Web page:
What’s your guilty pleasure?
I watch all manner of pap. I loved this thing on BBC3 – which is great for rubbish – called Young, Dumb and Living Off Mum. I used to be a complete telly addict; I spent my entire adolescence on the sofa.
Is that how you learnt the tricks of the trade?
Absolutely. I didn’t go to drama school, so my education was watching television with my dad [actor Timothy Spall] and him shouting at it, telling me what was good and what was rubbish.
Is it true you’re named after a character in a 17th-century satire?
It’s a play by Francis Beaumont called The Knight of the Burning Pestle, and in 1981 the Royal Shakespeare Company performed it with a certain Timothy Spall playing the lead role of Rafe. My mother was in the audience and fell for the leading man... and a couple of years later I was born.
Do you mind being compared with your father?
Most people I work with have worked with my dad in the past and always say the same thing: your dad is an amazing bloke. At first I felt a pressure to pave my own way, but not now that I’ve done a few things I’m proud of. These days I’m just honoured to be linked with him. I’m about to become a dad myself and I can’t wait; it’s always been my biggest ambition.
You’re better known for comedy than drama. What was it like to play a villain in The Shadow Line?
I had the best time I’ve ever had doing anything. Jay Wratten is such an odd, unusual, ultraviolent character, and I made the decision to really go for it, although I’d just like to make clear that no felines were harmed in the making of this drama! The cat Jay drowns [in episode two] never got anywhere near water. There are limits to what I’ll do for my craft.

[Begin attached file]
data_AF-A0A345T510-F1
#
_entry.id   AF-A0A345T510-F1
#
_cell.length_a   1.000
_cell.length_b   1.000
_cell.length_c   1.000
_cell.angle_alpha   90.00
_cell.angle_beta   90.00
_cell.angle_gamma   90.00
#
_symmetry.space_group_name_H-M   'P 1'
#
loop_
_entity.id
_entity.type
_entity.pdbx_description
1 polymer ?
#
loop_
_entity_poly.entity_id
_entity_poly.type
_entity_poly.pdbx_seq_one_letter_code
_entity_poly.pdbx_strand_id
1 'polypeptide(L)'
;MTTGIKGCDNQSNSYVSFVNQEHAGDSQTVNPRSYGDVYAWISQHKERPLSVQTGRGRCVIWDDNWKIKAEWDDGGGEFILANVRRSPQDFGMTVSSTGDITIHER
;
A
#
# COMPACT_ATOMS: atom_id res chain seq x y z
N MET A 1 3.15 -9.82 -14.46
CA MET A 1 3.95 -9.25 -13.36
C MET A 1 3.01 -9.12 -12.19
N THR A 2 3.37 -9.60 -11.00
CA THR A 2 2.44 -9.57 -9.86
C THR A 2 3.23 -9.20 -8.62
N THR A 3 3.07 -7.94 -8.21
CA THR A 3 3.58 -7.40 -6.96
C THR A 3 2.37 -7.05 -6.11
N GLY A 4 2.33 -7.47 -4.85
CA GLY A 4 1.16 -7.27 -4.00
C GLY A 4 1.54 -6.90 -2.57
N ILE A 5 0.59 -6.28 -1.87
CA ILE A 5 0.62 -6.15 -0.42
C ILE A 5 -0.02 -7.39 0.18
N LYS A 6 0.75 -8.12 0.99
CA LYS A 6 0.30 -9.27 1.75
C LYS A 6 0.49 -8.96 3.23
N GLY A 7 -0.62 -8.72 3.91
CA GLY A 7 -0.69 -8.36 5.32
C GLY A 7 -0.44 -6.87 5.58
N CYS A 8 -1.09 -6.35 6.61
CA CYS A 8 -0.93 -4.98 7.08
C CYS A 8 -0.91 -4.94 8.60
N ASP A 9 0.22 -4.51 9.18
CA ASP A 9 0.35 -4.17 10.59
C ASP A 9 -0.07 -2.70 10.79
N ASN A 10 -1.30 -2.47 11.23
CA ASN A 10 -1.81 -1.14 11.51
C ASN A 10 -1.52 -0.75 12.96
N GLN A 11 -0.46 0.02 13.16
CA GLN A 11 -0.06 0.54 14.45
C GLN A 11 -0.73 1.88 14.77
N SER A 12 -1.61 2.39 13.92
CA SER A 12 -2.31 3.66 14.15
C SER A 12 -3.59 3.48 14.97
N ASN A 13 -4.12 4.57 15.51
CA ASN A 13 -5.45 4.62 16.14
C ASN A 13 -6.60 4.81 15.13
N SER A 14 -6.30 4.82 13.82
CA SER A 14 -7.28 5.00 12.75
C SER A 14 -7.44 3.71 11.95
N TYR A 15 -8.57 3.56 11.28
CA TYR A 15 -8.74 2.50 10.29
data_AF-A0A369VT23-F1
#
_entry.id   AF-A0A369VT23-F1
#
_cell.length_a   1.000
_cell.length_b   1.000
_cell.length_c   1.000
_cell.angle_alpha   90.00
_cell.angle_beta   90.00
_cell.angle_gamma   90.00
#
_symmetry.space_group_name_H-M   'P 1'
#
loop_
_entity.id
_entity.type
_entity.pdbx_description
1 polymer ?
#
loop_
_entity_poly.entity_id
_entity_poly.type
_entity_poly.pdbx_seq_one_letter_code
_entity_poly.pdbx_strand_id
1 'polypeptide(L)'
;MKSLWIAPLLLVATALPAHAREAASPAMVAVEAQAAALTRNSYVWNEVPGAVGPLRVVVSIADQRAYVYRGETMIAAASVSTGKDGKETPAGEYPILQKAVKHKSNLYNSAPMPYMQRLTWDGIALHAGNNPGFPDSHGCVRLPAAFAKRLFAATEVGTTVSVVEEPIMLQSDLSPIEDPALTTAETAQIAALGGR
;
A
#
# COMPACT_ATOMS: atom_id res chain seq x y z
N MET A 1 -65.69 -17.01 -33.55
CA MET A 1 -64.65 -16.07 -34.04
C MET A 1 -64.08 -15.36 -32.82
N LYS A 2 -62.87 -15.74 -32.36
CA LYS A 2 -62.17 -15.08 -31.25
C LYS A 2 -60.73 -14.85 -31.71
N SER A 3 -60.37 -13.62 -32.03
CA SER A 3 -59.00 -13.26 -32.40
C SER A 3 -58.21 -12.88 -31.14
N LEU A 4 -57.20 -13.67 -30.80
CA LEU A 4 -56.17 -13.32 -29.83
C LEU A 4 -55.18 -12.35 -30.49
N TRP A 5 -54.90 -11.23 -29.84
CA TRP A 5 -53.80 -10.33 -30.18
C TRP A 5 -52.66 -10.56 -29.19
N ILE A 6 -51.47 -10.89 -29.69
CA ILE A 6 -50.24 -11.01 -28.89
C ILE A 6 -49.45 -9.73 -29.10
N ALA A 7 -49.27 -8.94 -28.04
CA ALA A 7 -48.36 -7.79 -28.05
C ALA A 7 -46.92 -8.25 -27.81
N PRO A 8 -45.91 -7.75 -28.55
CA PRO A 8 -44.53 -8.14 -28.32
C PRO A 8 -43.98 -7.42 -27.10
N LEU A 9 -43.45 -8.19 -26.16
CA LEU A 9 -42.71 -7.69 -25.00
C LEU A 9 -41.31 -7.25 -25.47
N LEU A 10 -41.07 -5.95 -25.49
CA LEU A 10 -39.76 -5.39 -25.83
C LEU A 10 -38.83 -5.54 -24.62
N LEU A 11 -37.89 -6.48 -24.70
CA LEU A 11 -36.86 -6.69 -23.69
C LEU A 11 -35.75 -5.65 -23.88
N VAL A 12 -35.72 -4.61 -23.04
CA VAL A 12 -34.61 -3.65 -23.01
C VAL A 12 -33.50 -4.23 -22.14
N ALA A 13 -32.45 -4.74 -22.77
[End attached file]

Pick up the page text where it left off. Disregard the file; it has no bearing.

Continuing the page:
What makes you shout?
Sport. England winning the Ashes was the most moved I’ve ever been. I also shout when the national football team lets us down yet again.
What do you wake up to?
Today. And if my wife isn’t around, I put on loud music – at the moment I’m obsessed with a song called At Home by Crystal Fighters.
Who was your first crush?
Ally Sheedy’s goth character in The Breakfast Club, until she is given a makeover halfway through. Everyone gasps at how beautiful she looks, but I preferred her before.
Who has surprised you?
I’m working with Ridley Scott at the moment and you’d imagine he would be scary, because he’s one of the greatest directors of all time. But he’s warm, funny and creates a lovely atmosphere to work in.
What are you working on?
A film called Prometheus, which is part of the Alien franchise. This will only be Scott’s second Alien film, because other directors made the sequels and prequels. The original is one of the best films ever made. If we can get anywhere close to that, we’ll be laughing.
Which film do you return to time and again?
That’s another guilty pleasure of mine: I love romantic comedies. My favourites are When Harry Met Sally and Four Weddings and a Funeral. I think Hugh Grant is one of our most underrated actors.
Who would play you in a film of your life?
Tom Hardy. We went through a period of going for a lot of the same roles and now he’s one of the biggest movie stars in the world – which has been good for my career.
Rafe Spall is in The Shadow Line, Thursdays on BBC2 and BBC HD. He also guest-stars in Agatha Christie’s Marple, Wednesday 15 June on ITV1